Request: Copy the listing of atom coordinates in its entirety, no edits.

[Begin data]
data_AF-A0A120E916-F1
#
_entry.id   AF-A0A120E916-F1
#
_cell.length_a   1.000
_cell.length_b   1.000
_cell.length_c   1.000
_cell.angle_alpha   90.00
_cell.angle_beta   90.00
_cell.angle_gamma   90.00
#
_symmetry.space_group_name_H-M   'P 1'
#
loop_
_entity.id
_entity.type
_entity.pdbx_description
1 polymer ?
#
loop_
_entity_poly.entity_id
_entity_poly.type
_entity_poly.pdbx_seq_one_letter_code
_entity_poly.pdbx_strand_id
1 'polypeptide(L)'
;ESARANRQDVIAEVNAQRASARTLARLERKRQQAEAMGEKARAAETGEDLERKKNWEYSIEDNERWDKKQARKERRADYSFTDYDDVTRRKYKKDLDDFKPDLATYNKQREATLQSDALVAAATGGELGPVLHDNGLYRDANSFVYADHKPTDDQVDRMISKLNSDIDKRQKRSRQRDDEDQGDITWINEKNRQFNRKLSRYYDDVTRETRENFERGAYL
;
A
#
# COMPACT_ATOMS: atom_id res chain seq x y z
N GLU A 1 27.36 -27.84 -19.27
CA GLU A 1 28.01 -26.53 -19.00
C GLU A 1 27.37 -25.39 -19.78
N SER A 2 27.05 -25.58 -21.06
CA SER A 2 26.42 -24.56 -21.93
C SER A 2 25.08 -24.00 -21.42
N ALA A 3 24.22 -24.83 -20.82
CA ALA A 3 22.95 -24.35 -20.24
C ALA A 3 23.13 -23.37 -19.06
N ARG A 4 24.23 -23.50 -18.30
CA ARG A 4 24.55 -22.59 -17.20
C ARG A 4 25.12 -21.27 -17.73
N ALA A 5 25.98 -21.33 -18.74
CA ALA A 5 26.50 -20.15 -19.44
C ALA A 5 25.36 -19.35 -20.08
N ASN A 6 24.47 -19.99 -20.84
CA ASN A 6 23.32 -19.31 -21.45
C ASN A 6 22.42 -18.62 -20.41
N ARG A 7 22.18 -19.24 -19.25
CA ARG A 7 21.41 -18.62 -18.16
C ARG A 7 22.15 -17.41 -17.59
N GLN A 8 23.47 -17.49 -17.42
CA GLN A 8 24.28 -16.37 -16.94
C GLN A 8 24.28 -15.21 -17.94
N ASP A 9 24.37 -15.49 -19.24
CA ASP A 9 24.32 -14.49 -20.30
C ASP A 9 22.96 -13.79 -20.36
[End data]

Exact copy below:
data_AF-A0A120E916-F1
#
_entry.id   AF-A0A120E916-F1
#
_cell.length_a   1.000
_cell.length_b   1.000
_cell.length_c   1.000
_cell.angle_alpha   90.00
_cell.angle_beta   90.00
_cell.angle_gamma   90.00
#
_symmetry.space_group_name_H-M   'P 1'
#
loop_
_entity.id
_entity.type
_entity.pdbx_description
1 polymer ?
#
loop_
_entity_poly.entity_id
_entity_poly.type
_entity_poly.pdbx_seq_one_letter_code
_entity_poly.pdbx_strand_id
1 'polypeptide(L)'
;ESARANRQDVIAEVNAQRASARTLARLERKRQQAEAMGEKARAAETGEDLERKKNWEYSIEDNERWDKKQARKERRADYSFTDYDDVTRRKYKKDLDDFKPDLATYNKQREATLQSDALVAAATGGELGPVLHDNGLYRDANSFVYADHKPTDDQVDRMISKLNSDIDKRQKRSRQRDDEDQGDITWINEKNRQFNRKLSRYYDDVTRETRENFERGAYL
;
A
#
# COMPACT_ATOMS: atom_id res chain seq x y z
N GLU A 1 27.36 -27.84 -19.27
CA GLU A 1 28.01 -26.53 -19.00
C GLU A 1 27.37 -25.39 -19.78
N SER A 2 27.05 -25.58 -21.06
CA SER A 2 26.42 -24.56 -21.93
C SER A 2 25.08 -24.00 -21.42
N ALA A 3 24.22 -24.83 -20.82
CA ALA A 3 22.95 -24.35 -20.24
C ALA A 3 23.13 -23.37 -19.06
N ARG A 4 24.23 -23.50 -18.30
CA ARG A 4 24.55 -22.59 -17.20
C ARG A 4 25.12 -21.27 -17.73
N ALA A 5 25.98 -21.33 -18.74
CA ALA A 5 26.50 -20.15 -19.44
C ALA A 5 25.36 -19.35 -20.08
N ASN A 6 24.47 -19.99 -20.84
CA ASN A 6 23.32 -19.31 -21.45
C ASN A 6 22.42 -18.62 -20.41
N ARG A 7 22.18 -19.24 -19.25
CA ARG A 7 21.41 -18.62 -18.16
C ARG A 7 22.15 -17.41 -17.59
N GLN A 8 23.47 -17.49 -17.42
CA GLN A 8 24.28 -16.37 -16.94
C GLN A 8 24.28 -15.21 -17.94
N ASP A 9 24.37 -15.49 -19.24
CA ASP A 9 24.32 -14.49 -20.30
C ASP A 9 22.96 -13.79 -20.36